Matteo Sala, a developer and analyst from Italy, strolled away fromSalesforce.com's Marketing Cloud presentation at Dreamforce today liking what hesaw.
"The marketing cloud is very exciting. Journey Map is veryinteresting," said Sala, already a customer of the Salesforce Sales andService clouds. "We sawa lot of innovation in this product."
It was probably the exact reaction that Scott McCorkle, CEO of the MarketingCloud, had hoped for during a keynote speech that included demonstrations of the ways Salesforce technologies already work at such customer-centric companies likeFitbit, LiveNation and McDonalds.
Talk of Free Trials
It's notable then that McCorkle told reporters covering the massivetechnology conference that he could soon be under "tremendouspressure" to offer free trials for companies that can't afford to pay forone. "We want companies of every size to be able to use our platform," McCorkle told TheHub.
Free trials are somewhat unusual for enterprise software companies, but couldbecome more common as companies like Salesforce, Oracle,Adobe, Sitecoreand others try to stimulate a return on investment from the marketing cloudsthat they've assembled over the past two to three years through costly acquisitions.
The marketing vision at Salesforce and at some of its rivals is impressive: creating marketing machines that can whisper just the right words atjust the right time to customers, no matter if they are on the move with amobile phone, searching the web, reading ads or walking into a store.
McCorkle and other managers on the marketing team dazzled thousands ofconference attendees as they showed how their clients have designed customer journeymaps, customized newsletters and mobile apps on the fly and used drag-and-droptechnologies designed for the average business user.
For example, Live Nation, which sells concert tickets online, not only tracksmillions of individuals for more than 4,000 attributes, but knows just when tooffer them a chance to buy tickets to see their favorite artists. If the fansbuy the tickets and brag about it on social media, Live Nation can send messagesto their friends. As they drive to a concert, the mobile app can direct them toVIP parking. And when they enter the venue, it can even direct them to theconcession stands.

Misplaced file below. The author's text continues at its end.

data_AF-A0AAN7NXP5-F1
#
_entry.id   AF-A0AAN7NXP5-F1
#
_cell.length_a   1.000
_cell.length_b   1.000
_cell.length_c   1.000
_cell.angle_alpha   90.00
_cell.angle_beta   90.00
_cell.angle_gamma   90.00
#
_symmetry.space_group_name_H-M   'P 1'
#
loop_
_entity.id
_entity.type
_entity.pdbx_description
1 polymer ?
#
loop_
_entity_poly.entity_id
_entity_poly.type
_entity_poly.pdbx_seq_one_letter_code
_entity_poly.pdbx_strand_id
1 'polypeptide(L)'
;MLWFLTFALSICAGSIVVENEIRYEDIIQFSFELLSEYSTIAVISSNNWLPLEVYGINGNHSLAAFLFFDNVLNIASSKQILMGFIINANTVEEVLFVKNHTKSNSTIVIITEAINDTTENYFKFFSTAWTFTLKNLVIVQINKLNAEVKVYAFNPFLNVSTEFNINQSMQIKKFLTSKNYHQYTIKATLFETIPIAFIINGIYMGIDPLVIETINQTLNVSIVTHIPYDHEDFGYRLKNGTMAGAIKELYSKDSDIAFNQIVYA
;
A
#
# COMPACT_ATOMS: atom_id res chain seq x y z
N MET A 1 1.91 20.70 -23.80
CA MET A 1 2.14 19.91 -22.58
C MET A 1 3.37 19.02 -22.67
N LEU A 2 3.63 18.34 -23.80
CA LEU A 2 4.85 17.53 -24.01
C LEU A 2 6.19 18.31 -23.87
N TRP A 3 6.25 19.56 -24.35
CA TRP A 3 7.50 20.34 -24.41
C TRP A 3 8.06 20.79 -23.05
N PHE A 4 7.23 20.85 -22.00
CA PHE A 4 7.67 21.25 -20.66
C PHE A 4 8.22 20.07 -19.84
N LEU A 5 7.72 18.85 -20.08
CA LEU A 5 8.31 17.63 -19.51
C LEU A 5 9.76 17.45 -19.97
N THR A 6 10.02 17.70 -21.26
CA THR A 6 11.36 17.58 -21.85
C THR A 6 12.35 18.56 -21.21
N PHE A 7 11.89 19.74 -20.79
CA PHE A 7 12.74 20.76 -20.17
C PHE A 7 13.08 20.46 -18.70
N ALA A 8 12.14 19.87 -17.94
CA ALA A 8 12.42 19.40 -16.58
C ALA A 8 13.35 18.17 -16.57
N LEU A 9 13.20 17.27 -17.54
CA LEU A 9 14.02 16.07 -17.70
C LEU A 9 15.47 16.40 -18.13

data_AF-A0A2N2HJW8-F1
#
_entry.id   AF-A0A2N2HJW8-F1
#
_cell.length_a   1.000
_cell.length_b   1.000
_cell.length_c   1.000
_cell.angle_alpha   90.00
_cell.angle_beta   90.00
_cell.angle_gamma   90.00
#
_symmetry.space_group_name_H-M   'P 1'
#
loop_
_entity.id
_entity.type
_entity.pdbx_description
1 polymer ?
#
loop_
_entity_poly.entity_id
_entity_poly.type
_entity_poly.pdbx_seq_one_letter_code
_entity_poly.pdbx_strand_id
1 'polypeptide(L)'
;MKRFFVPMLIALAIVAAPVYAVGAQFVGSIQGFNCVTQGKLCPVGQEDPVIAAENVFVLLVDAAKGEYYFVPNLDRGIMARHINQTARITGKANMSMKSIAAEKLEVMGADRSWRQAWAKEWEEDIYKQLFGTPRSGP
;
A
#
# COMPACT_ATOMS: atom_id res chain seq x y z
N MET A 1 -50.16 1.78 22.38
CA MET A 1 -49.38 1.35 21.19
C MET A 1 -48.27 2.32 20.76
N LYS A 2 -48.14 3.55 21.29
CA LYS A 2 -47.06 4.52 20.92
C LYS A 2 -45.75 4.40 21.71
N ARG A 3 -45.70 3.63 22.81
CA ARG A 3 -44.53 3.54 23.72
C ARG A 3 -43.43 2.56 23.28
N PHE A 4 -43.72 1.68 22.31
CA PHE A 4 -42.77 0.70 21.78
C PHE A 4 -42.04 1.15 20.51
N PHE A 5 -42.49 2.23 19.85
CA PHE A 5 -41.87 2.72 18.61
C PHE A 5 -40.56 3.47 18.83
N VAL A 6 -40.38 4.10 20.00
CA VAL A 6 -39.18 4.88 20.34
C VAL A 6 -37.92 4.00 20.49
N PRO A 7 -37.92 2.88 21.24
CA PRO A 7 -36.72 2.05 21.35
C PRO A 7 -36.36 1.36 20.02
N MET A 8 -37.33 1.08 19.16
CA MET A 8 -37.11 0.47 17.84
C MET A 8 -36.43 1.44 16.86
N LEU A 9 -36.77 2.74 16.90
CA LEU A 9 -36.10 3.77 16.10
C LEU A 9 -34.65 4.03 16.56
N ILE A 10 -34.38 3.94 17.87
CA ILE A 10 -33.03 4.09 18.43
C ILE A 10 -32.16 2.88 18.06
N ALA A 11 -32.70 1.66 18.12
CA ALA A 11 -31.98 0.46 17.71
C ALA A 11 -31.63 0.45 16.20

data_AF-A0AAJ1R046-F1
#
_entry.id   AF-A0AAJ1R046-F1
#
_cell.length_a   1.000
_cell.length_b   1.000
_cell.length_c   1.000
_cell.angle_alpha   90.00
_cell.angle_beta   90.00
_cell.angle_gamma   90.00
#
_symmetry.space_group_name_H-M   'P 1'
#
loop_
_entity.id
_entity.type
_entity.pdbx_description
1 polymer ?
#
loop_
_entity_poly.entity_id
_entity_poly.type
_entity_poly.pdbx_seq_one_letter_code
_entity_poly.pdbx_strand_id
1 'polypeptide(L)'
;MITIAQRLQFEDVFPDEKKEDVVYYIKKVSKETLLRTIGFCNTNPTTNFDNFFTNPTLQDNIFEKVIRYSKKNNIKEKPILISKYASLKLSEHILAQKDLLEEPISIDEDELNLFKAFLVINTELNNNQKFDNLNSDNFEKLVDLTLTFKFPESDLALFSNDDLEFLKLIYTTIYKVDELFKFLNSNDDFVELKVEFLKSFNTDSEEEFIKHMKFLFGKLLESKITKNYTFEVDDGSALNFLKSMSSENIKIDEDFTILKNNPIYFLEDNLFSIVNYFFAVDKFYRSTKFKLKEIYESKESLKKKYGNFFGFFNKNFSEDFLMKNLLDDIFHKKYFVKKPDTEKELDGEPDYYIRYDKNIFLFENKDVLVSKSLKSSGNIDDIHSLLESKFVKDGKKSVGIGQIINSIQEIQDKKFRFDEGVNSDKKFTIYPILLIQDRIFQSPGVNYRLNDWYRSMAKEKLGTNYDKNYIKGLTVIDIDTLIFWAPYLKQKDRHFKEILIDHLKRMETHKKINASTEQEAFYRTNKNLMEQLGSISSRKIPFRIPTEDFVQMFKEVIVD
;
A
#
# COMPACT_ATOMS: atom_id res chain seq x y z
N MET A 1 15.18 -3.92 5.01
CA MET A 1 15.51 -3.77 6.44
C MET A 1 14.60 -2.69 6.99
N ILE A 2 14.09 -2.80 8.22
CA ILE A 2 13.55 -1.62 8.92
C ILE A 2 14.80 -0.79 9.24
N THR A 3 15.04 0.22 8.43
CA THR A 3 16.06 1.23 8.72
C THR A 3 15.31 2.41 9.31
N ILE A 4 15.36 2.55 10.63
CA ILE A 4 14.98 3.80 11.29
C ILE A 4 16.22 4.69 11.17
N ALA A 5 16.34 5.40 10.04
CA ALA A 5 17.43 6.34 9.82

With Salesforce, all of that will be supported by the company's brand newanalytics cloud, Wave, that can process vast amounts of data and share it innear real time with the marketing, sales and service workers across a company.Together, the company's six clouds make up what Salesforce, a company known forcustomer relationship management, is calling "The customer success platform."
"We've unveiled our positioning as the customer success platform becausewe're certainly trying to communicate that we're more than the sales cloud,legacy CRM, the No. 1 product there," Jeff Rohrs, vice president formarketing insights at ExactTarget, which Salesforce acquired in mid-2013.
"We've tied together the best-of-breed solutions," he said in aninterview with CMSWire. "Now we're bringing them into an ecosystem thatisn't just one cloud, but six clouds: sales, service, marketing, community,platform and now we're announcing the analytics side of it."
Despite his enthusiasm, foot traffic at the company's Marketing Cloud exhibiton the Dreamforceshow floor, shown above, was light during spot checks by CMSWire.
While Salesforce would like to see companies adopt the entire suite ofproducts -- a goal it shares with Adobe, Oracle and others -- relativelyfew companies do. Instead, they tend to blend certain features with servicesoffered by the 1,000-plus marketing technology companies. The dynamic iscreating the potential for a price war in what SitecoreCEO Michael Seifert calls an "arms race."
The Challenge Ahead
Dion Hinchcliffe, chief strategy officer at the executive consulting firmAdjuvi and CMSWire contributor, said he thinks Salesforce's visionis "on message."
"We're seeing this overall convergence of all these activities on the backend," he said, adding:
The challenge I think comes moreon the delivery side where they've been doing a lot of product development. The pieces haven't come together consistently, the qualityhasn't always been where it needs to be. And theintegration certainly hasn't been where it needs to be. I think we're seeingsome things that will help with that here, but they still have a lot of homeworkto do."
The final impact of Dreamforce won't be known until Wall Street analystsreview Salesforce's earning reports over the next few quarters. Clearly, it willtake more than free trials and splashy demos to boost the bottom line.
In the meantime, shares of Salesforce, which traded around $59 last Thursday,have fallen to just over $53 during a costly show designed to showcase the company's strengths. That decline came as the broader market also fell.